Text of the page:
We are pleased to hear that Toronto’s live music venues will no longer be receiving fines for postering around the city.

On June 8, 2015, a memo from Tracey Cook, Executive Director of the Municipal Licensing and Standards Division and Mike Tanner, Music Sector Development Officer, informed the Toronto Music Advisory Council of the recent decision. This is considered just one step in the City of Toronto’s efforts to support and address the concerns of Toronto’s growing music community.

The poster ordinance prohibited postering on all city property except for designated kiosks and allowed for fines to be issued to anyone who benefited from the poster in question. Because of this, many of Toronto’s music venue owners found themselves being charged with fines of $300 to $500 for posters that they did not put up. In most cases, the fines against these venues did not hold up when challenged in court, but they continued to be issued anyways. This created an unnecessary and costly expense for live music venues operating in Toronto.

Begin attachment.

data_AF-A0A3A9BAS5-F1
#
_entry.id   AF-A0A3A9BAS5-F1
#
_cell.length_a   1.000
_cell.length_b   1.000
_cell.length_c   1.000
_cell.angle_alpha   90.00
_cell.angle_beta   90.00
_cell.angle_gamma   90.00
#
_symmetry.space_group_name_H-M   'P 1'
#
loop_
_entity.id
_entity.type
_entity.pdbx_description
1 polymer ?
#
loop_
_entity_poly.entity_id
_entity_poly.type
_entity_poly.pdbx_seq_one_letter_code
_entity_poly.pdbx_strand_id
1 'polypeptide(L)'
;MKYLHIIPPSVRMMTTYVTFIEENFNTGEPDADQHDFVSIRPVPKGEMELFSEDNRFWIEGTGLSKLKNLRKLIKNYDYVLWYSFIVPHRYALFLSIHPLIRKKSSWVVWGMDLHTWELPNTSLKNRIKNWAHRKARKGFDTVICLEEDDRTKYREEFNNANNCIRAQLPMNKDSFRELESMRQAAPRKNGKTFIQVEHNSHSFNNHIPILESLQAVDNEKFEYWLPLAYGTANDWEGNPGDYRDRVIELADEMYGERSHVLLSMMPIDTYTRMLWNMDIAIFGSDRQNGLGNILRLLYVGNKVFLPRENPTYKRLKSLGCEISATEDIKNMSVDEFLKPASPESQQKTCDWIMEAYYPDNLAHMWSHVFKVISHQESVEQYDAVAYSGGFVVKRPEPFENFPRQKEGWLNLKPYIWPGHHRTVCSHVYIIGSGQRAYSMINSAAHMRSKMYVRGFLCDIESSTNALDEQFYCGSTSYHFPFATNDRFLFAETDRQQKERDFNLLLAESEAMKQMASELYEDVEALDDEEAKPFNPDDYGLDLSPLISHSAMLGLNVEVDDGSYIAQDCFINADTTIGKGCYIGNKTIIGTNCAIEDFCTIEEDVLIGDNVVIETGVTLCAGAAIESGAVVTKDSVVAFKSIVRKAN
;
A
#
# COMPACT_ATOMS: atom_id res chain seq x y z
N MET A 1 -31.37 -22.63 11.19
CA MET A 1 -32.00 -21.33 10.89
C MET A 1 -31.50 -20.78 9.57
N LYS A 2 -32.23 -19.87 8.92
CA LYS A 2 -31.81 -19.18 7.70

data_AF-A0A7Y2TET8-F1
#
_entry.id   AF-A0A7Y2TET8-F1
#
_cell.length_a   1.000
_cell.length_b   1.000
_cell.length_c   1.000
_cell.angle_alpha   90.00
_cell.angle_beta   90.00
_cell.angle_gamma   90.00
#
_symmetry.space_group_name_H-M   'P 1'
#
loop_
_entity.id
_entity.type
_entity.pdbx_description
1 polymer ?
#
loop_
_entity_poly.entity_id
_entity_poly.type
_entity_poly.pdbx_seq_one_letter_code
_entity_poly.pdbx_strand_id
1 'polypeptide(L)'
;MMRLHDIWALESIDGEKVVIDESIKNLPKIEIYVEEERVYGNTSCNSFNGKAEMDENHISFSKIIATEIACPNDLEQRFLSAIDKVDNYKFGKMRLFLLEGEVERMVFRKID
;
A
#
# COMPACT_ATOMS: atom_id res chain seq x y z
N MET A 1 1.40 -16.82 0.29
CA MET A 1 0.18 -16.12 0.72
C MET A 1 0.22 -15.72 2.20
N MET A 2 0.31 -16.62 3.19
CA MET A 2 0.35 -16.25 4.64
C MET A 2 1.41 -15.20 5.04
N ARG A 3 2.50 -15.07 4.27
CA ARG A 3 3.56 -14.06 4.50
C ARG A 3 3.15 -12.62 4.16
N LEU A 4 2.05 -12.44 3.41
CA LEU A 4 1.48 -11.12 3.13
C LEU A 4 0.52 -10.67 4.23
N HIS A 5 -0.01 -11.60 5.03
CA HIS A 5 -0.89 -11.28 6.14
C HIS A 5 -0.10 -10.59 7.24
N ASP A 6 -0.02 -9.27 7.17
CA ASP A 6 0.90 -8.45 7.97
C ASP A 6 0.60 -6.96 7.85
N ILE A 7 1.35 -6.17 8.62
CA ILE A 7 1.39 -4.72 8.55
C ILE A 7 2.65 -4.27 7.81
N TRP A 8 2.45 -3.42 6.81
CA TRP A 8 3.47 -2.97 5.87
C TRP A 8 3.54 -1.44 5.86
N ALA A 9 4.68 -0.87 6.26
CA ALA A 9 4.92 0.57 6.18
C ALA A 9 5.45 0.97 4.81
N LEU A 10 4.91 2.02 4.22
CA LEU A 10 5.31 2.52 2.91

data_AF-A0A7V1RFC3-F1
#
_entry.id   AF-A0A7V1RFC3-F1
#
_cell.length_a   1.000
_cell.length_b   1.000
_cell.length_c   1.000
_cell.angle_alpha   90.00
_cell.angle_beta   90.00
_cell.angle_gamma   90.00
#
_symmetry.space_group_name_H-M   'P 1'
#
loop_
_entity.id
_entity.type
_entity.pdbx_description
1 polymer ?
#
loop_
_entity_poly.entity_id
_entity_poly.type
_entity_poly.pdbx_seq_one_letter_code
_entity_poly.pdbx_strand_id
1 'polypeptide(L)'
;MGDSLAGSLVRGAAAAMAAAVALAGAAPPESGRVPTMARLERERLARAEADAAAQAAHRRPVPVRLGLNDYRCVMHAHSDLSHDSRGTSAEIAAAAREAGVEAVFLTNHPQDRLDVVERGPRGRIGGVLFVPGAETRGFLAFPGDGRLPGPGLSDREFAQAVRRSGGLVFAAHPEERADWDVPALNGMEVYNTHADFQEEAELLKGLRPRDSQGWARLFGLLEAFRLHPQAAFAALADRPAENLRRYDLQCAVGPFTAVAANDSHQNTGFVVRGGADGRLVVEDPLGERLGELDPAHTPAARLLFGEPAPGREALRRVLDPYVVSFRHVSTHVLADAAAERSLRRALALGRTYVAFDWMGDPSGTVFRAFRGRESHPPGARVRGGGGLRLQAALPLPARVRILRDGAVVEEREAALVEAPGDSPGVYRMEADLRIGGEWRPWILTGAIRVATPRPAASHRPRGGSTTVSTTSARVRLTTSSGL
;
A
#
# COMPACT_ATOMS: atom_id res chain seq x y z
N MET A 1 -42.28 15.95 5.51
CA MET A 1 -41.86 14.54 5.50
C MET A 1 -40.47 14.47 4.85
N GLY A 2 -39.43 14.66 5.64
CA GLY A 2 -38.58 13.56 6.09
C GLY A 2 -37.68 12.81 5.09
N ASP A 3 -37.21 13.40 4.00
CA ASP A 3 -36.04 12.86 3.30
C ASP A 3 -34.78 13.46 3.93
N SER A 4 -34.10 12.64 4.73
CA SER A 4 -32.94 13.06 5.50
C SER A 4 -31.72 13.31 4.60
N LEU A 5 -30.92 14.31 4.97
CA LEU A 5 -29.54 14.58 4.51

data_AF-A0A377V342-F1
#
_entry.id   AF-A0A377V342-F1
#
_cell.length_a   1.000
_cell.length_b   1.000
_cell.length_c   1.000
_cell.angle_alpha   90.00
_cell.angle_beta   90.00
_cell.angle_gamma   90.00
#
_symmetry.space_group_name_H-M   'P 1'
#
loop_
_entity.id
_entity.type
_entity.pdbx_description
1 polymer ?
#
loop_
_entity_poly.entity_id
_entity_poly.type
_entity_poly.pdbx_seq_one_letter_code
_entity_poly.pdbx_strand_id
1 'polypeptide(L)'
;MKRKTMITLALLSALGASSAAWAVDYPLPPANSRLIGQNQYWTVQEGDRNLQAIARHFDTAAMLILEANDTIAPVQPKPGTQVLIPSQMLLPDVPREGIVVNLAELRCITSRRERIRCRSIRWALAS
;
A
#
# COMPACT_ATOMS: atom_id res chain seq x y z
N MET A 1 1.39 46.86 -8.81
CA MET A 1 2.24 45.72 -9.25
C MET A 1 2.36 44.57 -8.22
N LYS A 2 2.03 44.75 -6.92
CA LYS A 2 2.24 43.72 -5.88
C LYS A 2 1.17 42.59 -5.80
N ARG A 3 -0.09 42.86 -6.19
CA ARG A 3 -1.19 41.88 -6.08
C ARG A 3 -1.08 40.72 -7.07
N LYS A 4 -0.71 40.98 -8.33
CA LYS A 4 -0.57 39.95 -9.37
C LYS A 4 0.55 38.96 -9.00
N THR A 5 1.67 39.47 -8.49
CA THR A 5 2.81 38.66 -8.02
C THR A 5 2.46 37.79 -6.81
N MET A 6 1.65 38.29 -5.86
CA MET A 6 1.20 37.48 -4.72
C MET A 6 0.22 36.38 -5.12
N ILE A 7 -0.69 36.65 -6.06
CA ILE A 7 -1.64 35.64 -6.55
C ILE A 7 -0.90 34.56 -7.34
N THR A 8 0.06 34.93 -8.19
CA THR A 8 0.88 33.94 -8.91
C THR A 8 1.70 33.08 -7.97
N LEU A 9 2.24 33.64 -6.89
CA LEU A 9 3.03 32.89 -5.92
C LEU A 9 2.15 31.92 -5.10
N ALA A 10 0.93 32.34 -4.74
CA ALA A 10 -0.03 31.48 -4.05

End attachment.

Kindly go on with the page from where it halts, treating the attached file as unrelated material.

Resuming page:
Music Canada called attention to the postering issue in March 2012 with the release of its report, Accelerating Toronto’s Music Industry Growth—Leveraging Best Practices from Austin Texas. The Austin-Toronto report led to communications with affected stakeholders in the music community, as well as with city councillors and officials to bring the postering issue to their attention and help find possible solutions.

The Toronto Music Advisory Council worked collaboratively with Toronto’s Municipal Licensing and Standards Division, as well as the City’s Film and Entertainment Industries unit to secure this critical policy change. The City has committed to continued collaboration with the Toronto Music Advisory Council to build and support the music community in Toronto.

This is a policy change that we have looked forward to, and one which demonstrates the City and Mayor John Tory’s commitment to making Toronto one of the greatest Music Cities in the world. Music friendly policies like this are essential for the growth and continued health of Toronto’s live music scene.